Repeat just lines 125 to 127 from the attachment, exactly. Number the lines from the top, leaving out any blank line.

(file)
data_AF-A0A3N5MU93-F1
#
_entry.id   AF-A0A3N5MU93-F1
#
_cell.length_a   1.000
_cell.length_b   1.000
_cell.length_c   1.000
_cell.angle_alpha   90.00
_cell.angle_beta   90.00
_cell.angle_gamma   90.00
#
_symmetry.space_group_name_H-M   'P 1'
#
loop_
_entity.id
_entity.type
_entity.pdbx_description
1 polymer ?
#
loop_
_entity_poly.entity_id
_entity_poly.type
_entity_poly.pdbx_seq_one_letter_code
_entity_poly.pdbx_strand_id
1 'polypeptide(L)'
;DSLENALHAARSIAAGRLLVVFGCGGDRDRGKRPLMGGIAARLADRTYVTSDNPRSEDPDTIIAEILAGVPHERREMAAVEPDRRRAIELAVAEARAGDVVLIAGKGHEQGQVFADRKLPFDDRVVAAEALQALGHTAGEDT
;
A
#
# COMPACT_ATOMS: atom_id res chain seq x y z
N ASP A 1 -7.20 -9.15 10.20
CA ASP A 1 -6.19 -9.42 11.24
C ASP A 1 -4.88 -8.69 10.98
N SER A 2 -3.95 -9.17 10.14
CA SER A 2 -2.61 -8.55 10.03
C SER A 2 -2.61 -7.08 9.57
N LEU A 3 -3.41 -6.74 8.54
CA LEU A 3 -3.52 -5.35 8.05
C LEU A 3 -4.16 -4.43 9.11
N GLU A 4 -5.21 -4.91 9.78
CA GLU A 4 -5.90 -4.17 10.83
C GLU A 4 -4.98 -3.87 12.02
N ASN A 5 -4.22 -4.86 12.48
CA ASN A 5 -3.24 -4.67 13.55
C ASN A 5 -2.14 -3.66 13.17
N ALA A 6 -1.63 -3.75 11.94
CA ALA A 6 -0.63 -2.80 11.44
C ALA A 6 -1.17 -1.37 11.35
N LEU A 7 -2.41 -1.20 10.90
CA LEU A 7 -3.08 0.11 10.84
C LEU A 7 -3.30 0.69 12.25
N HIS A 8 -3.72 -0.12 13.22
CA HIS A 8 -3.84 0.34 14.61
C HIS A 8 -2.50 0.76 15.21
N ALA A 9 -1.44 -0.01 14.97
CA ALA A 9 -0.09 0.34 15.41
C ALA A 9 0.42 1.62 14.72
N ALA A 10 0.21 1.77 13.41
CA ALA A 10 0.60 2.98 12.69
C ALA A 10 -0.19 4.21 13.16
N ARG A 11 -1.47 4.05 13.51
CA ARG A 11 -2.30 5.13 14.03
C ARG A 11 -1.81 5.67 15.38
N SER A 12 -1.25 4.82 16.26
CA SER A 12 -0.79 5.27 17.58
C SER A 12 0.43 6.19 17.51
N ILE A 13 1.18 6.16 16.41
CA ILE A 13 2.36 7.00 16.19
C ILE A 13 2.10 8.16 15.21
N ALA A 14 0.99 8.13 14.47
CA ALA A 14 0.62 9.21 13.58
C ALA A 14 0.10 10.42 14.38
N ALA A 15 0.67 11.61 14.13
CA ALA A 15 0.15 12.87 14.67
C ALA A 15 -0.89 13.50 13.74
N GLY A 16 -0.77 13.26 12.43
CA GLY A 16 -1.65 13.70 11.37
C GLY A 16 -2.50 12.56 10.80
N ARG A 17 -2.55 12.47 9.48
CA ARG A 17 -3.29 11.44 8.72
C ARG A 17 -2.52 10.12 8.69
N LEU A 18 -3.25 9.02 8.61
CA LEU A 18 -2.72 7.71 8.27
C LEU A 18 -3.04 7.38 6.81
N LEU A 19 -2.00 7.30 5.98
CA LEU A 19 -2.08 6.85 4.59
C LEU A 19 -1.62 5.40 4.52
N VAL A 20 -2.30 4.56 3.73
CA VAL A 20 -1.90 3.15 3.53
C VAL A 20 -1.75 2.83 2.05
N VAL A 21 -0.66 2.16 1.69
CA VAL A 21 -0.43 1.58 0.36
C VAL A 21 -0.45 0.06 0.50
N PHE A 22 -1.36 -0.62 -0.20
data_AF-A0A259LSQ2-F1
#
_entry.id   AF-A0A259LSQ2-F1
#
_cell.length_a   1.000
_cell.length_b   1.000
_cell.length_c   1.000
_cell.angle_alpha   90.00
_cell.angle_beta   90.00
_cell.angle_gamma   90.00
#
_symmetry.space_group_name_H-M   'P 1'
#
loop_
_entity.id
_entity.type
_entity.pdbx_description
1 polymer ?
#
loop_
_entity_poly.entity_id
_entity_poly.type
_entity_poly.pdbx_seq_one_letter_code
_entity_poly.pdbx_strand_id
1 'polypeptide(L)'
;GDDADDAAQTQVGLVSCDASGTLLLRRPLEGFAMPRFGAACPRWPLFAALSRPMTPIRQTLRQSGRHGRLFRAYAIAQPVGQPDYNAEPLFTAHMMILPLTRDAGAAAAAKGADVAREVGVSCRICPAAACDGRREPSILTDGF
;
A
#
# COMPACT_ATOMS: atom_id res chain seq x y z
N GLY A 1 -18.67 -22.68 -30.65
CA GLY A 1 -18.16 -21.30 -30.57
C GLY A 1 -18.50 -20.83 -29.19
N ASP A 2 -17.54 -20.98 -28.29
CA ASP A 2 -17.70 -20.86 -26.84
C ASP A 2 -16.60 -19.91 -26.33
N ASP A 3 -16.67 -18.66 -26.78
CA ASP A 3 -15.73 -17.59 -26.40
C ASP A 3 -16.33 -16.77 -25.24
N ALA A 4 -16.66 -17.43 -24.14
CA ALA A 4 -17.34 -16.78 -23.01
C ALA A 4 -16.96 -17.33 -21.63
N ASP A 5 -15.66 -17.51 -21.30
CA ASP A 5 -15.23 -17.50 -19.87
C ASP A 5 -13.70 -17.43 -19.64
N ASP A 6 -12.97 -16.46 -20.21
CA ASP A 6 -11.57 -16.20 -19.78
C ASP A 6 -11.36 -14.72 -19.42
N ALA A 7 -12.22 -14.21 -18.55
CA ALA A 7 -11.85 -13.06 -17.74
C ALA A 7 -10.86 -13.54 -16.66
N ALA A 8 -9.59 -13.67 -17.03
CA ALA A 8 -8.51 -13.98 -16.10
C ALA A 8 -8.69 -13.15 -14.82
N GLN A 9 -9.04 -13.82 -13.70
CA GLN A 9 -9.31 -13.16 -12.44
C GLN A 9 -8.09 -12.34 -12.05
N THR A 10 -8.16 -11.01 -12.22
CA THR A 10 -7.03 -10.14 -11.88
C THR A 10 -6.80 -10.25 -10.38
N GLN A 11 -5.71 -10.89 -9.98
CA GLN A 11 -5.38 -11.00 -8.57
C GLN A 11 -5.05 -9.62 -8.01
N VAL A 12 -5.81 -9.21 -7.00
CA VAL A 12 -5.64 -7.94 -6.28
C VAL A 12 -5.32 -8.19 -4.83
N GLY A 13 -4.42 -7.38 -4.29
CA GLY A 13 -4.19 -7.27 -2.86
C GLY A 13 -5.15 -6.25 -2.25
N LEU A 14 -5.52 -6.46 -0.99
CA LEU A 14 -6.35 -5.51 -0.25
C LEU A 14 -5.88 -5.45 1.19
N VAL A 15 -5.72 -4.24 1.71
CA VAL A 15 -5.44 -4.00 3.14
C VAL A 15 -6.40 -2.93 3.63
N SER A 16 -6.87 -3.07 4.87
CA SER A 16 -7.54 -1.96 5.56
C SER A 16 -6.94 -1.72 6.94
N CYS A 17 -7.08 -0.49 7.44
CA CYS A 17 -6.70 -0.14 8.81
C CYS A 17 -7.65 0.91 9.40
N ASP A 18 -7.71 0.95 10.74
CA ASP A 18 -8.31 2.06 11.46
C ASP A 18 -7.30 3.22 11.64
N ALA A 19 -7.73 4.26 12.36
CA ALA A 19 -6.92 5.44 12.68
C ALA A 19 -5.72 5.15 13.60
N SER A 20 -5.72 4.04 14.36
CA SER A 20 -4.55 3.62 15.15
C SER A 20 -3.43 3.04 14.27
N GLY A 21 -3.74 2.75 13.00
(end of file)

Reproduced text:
N GLY A 1 -18.67 -22.68 -30.65
CA GLY A 1 -18.16 -21.30 -30.57
C GLY A 1 -18.50 -20.83 -29.19